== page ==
The short instrumental opener `Pseudo Science' teases some reprised themes from the first volume before roaring into dramatic keyboard-drenched bluster and driving guitar duelling, a nice taste of what's to come throughout the next sixty-three minutes. Vocalist Jos Harteveld instantly takes the lead on the first proper track `Amathia', his world-weary gravelly croon reminiscent of Peter Gabriel's raspiest moments, yet he never comes across as purposefully trying to emulate the Genesis singer. The piece has softly melancholic and contemplative verses that rises with majestic symphonic instrumental themes in place of a chorus, and Eddie Mulder's extended guitar solo is the first epic moment of the disc.

The entire band shines brightly on longer instrumental piece `Taurus Appearance', truly a showcase for all the musicians and the first truly standout moment of the album. In just over seven minutes, the band tear through enough symphonic themes worthy of a vinyl length side-long epic, the highlight being the improvisational skills of Peter Stel, who's fluid and upfront bass playing purrs warmly alongside the twin vintage keyboard assaults of Gert van Engelenburg and Derk Evert Waalkensage, delivering no shortage of dirty Hammond organ blasts and whirring Moog trills. Koen Roozen drums up a storm and controls the piece beautifully, guitars glide romantically one moment, grind with gutsiness the next and finally switch to Hackett-like chiming acoustic prettiness in the finale.

The final instrumental two minutes of `Phaeton' bristles with Mellotron veils and Moog spirals battling buoyant bass, the Eastern-tinged `Ya-Who' is a sophisticated ballad with a memorable inviting chorus, and `God of Wars' is a cool foot-tapping up-tempo playful rocker with an impossibly catchy chorus that will become stuck in your head for days (and the instrumental run in the middle is simply dazzling)! The ten minute `Deucalion' delivers spirited classic-era Genesis flavoured peppy Moog runs and some choice slow-burn bluesy and jazzy guitar licks in-between a beckoning and embracing chorus, triumphant and dramatic symphonic themes course through `In the Shadow of Death, and a final reprise of `Ancient Times' is a surprisingly sombre close to the disc.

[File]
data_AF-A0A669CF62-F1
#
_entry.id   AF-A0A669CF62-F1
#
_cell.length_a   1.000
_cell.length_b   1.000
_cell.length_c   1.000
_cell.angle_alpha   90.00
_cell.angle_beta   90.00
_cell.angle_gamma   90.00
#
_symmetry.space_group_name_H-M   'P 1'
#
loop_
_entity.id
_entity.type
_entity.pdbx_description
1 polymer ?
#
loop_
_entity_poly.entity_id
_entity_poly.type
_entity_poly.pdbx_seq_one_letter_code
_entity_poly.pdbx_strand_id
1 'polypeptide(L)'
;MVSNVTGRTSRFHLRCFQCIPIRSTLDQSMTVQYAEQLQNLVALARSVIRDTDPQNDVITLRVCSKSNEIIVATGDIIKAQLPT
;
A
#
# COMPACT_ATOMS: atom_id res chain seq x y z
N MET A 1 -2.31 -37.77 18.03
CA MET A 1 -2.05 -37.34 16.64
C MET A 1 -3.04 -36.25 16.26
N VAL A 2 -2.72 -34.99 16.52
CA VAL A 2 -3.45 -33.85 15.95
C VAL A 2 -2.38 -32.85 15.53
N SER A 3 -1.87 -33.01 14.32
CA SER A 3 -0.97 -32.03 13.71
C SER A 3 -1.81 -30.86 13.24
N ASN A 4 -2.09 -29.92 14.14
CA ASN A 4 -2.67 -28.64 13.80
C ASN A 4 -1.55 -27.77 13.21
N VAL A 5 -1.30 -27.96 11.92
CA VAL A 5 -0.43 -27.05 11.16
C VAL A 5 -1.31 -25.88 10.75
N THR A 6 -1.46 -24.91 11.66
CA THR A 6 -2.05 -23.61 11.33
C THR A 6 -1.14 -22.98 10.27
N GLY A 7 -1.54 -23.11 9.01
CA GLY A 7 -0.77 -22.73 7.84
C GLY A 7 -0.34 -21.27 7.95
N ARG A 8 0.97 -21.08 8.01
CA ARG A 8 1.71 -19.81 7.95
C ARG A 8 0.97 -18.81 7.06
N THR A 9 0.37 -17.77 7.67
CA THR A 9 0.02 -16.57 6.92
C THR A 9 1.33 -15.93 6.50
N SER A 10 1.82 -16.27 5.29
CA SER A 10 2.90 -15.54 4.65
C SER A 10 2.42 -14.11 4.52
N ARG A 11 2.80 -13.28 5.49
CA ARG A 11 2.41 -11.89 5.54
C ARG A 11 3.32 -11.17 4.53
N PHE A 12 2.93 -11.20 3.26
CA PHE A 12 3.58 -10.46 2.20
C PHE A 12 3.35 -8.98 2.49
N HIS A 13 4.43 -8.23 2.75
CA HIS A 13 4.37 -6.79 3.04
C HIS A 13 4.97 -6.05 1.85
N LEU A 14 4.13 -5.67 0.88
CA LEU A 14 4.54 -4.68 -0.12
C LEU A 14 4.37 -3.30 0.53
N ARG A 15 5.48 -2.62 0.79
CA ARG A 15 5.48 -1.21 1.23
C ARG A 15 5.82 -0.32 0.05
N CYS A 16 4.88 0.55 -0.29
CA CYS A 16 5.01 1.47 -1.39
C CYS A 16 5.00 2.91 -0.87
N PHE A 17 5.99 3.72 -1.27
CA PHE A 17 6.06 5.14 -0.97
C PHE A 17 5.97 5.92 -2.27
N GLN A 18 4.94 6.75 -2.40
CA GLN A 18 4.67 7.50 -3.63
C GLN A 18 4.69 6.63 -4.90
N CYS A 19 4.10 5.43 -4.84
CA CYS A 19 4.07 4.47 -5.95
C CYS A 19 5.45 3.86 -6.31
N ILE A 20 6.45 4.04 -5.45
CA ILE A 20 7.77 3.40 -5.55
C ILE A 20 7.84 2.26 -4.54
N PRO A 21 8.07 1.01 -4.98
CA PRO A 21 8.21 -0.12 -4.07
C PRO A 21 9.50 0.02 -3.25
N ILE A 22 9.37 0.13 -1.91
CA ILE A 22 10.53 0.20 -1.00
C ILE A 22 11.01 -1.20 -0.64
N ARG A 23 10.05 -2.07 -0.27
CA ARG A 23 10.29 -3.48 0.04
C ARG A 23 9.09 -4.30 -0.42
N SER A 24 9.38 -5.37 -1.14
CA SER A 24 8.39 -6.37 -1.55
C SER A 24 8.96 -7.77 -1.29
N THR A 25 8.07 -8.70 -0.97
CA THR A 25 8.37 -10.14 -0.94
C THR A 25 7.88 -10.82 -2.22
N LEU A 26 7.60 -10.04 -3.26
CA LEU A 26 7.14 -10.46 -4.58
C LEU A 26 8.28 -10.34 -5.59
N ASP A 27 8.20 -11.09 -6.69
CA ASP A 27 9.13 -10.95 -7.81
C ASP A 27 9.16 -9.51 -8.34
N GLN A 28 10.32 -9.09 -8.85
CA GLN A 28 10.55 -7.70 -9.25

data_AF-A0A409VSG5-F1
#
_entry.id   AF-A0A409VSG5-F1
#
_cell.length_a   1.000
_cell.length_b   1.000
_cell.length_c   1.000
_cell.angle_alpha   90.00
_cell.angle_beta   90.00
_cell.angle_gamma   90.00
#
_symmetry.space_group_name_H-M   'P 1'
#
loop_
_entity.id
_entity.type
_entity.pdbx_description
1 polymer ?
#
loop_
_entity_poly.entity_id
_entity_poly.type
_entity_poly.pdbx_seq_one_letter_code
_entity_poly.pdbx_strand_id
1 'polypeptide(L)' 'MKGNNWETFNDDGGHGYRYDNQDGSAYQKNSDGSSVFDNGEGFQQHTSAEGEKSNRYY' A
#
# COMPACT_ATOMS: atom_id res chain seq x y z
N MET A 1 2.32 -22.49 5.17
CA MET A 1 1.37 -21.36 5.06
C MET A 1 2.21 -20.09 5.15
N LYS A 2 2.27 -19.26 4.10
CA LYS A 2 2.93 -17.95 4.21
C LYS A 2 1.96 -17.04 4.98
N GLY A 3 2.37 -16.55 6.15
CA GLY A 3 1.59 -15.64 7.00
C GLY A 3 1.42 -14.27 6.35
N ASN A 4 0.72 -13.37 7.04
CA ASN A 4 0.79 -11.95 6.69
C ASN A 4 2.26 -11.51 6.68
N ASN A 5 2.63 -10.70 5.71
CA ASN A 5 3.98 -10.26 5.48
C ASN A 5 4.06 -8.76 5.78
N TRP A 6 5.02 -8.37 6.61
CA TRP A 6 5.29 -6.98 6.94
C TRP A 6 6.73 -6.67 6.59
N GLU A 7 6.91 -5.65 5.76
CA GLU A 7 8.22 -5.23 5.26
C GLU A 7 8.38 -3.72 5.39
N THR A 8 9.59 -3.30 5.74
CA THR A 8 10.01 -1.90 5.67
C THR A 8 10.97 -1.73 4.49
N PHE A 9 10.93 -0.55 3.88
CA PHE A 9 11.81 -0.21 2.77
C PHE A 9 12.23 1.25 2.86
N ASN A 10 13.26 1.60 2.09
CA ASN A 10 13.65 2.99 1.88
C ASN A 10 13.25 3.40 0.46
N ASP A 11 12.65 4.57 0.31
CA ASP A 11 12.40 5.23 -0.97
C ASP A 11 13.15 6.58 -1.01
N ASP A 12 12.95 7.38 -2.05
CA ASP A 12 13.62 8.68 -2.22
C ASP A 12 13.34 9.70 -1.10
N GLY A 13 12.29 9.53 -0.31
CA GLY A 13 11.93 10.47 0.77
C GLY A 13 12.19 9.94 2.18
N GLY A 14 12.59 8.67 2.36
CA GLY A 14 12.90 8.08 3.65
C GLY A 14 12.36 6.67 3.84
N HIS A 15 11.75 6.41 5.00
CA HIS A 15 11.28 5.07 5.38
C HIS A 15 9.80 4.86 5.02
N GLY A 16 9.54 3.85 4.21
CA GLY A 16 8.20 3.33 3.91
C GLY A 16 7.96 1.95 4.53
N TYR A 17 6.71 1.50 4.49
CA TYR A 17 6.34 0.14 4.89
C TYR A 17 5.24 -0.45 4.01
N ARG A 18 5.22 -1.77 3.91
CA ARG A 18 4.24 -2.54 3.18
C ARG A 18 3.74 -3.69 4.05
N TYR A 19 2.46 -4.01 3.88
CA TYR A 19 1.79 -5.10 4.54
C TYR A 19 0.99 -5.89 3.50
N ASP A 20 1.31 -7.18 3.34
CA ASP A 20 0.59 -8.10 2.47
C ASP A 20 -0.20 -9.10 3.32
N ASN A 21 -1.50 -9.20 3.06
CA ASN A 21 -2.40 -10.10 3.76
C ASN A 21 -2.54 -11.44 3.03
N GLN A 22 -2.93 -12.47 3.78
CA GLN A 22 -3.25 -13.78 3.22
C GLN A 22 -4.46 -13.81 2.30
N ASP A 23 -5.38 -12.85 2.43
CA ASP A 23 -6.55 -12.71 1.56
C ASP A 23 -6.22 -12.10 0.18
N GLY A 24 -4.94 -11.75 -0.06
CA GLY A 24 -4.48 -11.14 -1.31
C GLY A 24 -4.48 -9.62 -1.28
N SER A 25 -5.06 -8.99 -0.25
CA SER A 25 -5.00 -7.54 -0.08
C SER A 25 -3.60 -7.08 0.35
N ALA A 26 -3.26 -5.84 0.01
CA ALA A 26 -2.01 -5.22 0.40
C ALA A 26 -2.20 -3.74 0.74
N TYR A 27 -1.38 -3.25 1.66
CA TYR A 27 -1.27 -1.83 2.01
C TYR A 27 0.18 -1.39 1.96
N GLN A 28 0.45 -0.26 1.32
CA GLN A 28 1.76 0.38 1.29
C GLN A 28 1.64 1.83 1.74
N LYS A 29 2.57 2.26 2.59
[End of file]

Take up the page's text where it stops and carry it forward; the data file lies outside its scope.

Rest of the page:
Leap Day are not a progressive band that can be instantly grasped and enjoyed, instead many repeated listens are essential to grasp how good they are at what they do. Their musical intelligence, varied instrumental qualities, cleverly and subtle melodic song-writing and thoughtful vocals reveal themselves over time, and while there are many flashier and more obvious, instantly satisfying prog bands currently active, Leap Day are a sheer joy for lovers of symphonic prog rock. With `Worlds in Collision' so rich and full of interesting themes as an inspiration, the band have probably barely scratched the surface in presenting the ideas of the book, so hopefully they commence work on Chapter Three in the near future!

Four stars.

Latest members reviews

5 stars Leap Day is around in this weird corner of the music business since 2008 and they have delivered some remarkable albums. Remarkable because of the outstanding music they keep on delivering. But not only remarkable in a positive way. What to think of all those strange titles they came up with? I ... (read more)

Report this review (#1494984) | Posted by FabioAudisio | Tuesday, December 1, 2015 | Review Permanlink

5 stars I reviewed From the days of Deucalion, chapter 1 a while ago and I felt I had to do the same with this new release. Well, let me start by stating that From the days of Deucalion, Chapter 2 is one of the best releases of 2015 as far as I'm concerned! I already raved about Chapter 1 (2013) and I a ... (read more)

Report this review (#1491002) | Posted by yarno | Sunday, November 22, 2015 | Review Permanlink

2 stars Oh dear! Yet again I find myself swimming against the tide of opinion. It must be some sort of conspiracy. Either that or I need a wholly new set of ears. Leap Day announced themselves on the prog scene in a big way with Awaking the Muse, with great melodies and musicianship to the fore. S ... (read more)

Report this review (#1490620) | Posted by tbstars1 | Saturday, November 21, 2015 | Review Permanlink

5 stars Ow man, this album is too good to be true! Recently I discovered Dutch proggers Leap Day. Their album From the days of Deucalion, Chapter 1 made a big impression on me. And now Chapter 2 is in my player (for two weeks now) and I just can't stop listening! This is symphonic rock the way I really ... (read more)

Report this review (#1487696) | Posted by GuntherW | Monday, November 16, 2015 | Review Permanlink